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Raptors, Pacers, Timberwolves, Kings, and Cavaliers among teams showing interest in Ben Simmons

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According to Jake Fischer of Bleacher Report, five teams have shown interest in pursuing Ben Simmons from the Philadelphia 76ers. Fischer reported, “Cleveland, Indiana, Minnesota, Sacramento, and Toronto all showed interest in acquiring the runner-up for Defensive Player of the Year.” Furthermore, the teams are wanting Simmons to change position from point guard to forward. “Multiple executives from those teams, when contacted by Bleacher Report, mentioned their excitement at incorporating Simmons as a play-making forward—not at the point guard position he’s played in Philadelphia.” The six-foot-eleven guard averaged 14.3 points, 7.2 rebounds, and 6.9 assists in the 2020-21 NBA season. This might sound fine for a young rookie, but as a five-year player, these aforementioned statistics were career lows.

However, the 25-year-old also earned his third NBA All-Star selection and second All-Defensive first-team selection last season. After a less than mediocre performance in his third postseason of his NBA career, the majority of 76ers’ fans would agree that it’s now time for Simmons to have a change in scenery. With a regular season record of 49-23 (.681), the No. 1 ranked 76ers in the Eastern Conference entered the conference semifinals as favorites over the Atlanta Hawks. Leading into this series, some NBA analysts were predicting Philadelphia to prevail four games to two. The 2016 first overall pick was expected to limit Trae Young in scoring and rally his team from point deficits, but none of this ever manifested.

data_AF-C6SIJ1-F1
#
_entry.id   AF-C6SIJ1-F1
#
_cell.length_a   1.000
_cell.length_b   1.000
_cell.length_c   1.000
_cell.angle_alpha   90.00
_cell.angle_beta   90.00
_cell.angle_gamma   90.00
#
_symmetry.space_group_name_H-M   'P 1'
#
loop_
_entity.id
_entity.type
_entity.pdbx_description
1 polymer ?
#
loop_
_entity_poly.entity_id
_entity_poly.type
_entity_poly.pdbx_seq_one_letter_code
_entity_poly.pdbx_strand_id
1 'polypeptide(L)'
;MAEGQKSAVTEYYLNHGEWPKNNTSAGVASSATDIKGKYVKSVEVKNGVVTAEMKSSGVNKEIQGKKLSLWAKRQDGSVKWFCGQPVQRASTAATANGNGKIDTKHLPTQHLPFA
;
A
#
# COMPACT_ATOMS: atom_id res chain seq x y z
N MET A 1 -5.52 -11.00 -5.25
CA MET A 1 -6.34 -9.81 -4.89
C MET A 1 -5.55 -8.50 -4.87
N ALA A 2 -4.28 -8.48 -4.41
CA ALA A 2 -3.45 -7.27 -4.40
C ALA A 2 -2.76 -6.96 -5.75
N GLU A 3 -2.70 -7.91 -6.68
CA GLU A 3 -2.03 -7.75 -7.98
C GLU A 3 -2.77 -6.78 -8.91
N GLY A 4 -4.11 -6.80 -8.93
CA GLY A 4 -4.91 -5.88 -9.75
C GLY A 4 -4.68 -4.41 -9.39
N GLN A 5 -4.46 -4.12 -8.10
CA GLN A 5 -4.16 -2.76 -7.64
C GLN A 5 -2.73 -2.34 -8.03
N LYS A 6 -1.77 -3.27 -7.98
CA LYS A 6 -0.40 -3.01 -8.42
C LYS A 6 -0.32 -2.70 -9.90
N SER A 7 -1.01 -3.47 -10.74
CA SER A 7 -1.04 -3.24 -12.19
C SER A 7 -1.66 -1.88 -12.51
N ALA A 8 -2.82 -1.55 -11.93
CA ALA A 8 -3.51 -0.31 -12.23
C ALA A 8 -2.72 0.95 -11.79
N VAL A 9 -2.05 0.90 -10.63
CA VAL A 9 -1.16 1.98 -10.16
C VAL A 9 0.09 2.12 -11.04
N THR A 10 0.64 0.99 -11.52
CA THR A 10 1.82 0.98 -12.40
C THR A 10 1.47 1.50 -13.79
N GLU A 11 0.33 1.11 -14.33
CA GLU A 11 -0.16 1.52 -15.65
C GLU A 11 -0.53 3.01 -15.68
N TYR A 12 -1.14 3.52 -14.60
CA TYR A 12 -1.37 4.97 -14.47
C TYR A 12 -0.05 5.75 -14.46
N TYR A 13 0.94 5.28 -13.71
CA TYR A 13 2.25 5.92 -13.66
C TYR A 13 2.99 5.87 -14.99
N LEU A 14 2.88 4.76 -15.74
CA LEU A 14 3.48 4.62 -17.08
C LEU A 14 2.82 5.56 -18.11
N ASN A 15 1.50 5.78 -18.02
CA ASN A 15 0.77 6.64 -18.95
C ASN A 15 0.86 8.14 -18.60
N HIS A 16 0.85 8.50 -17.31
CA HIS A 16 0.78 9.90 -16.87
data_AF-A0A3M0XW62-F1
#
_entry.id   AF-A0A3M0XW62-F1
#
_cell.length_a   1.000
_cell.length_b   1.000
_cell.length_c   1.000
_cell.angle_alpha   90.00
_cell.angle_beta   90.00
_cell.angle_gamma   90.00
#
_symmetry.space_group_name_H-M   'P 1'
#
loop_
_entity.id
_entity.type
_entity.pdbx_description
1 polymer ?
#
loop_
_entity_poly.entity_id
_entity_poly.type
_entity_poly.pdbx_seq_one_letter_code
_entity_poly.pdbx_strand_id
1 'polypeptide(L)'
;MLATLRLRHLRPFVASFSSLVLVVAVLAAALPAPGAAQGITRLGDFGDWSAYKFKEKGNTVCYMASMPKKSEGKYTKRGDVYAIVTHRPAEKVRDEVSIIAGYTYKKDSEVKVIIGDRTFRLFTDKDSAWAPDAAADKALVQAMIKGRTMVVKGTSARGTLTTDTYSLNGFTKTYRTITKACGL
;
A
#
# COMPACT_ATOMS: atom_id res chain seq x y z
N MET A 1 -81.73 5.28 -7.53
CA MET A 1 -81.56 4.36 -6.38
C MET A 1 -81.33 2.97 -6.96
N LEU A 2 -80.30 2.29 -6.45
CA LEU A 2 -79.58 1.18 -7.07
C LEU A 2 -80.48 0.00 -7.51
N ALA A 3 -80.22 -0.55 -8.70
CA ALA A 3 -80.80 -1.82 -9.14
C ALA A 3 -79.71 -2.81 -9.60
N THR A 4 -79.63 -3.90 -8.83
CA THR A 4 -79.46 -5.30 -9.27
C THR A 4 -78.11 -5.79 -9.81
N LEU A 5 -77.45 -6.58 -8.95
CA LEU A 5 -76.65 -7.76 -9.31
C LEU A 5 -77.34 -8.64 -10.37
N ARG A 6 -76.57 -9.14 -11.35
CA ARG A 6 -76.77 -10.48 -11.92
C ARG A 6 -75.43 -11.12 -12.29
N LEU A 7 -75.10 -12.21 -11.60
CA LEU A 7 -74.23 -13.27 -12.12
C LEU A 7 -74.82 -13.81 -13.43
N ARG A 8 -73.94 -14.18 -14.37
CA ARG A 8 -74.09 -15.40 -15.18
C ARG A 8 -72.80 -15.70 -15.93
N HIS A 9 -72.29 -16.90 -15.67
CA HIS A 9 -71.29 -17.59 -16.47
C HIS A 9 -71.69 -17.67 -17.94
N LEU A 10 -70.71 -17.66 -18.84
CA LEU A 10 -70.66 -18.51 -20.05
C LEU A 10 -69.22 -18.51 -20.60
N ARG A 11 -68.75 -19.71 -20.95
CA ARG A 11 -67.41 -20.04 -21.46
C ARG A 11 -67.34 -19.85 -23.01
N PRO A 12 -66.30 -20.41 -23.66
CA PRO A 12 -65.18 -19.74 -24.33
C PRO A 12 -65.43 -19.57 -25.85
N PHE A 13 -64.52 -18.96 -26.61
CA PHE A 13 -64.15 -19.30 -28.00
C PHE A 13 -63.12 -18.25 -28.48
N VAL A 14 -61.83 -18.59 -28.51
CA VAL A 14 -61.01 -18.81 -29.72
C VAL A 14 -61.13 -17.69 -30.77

Pertaining to postseason averages, Simmons had a playoff series-low of 9.9 points and 6.3 rebounds per game in the conference semifinals against the Hawks. This lackluster showing proved to be a more significant downfall for the superstar, considering Simmons had only five points, eight rebounds, and 13 assists in Game 7 versus the Hawks. In the 2019-20 season, he averaged 2.1 steals per game, leading all other players in the league. Moreover, Simmons currently ranks sixth in the NBA for active player triple-doubles (32). With a total of 32 career triple-doubles, he ranks 13th on the all-time list, tied with Clippers’ guard Rajon Rondo.

On July 16, 2019, Simmons signed a five-year, $169.65 million contract extension with the 76ers. He is set to earn $30.5 million in the 2021-22 season. Among these teams interested in Simmons, Cavs’ Kevin Love has the fourth largest contract guarantee of $91.4 million. Love is due to earn $31.3 million next season, and the 13-year veteran’s contract consumes 26 percent of the team’s salary cap. He could be traded this offseason. Timberwolves’ Karl-Anthony Towns has a contract guarantee of $130.8 million. The 25-year-old Wolves center will earn $31.6 million in the upcoming season.

Plus, Kings’ 2017 first-round pick De’Aaron Fox has a guaranteed contract of $171.1 million. Fox will earn $28.1 million next season. To add to that, Raptors’ Pascal Siakim has a contract guarantee of $131.4 million. Not to mention, reported by Yahoo Sports via trade rumors yesterday, the Golden State Warriors are a potential trade partner for Toronto. The Warriors could make a move on Siakim, clearing up space on the Raptors for Simmons. Per Spotrac, the 2021-22 season cap maximum is $112,414,000. In the coming weeks, one of these said five teams might make a substantial trade offer to the 76ers’ organization that they cannot refuse.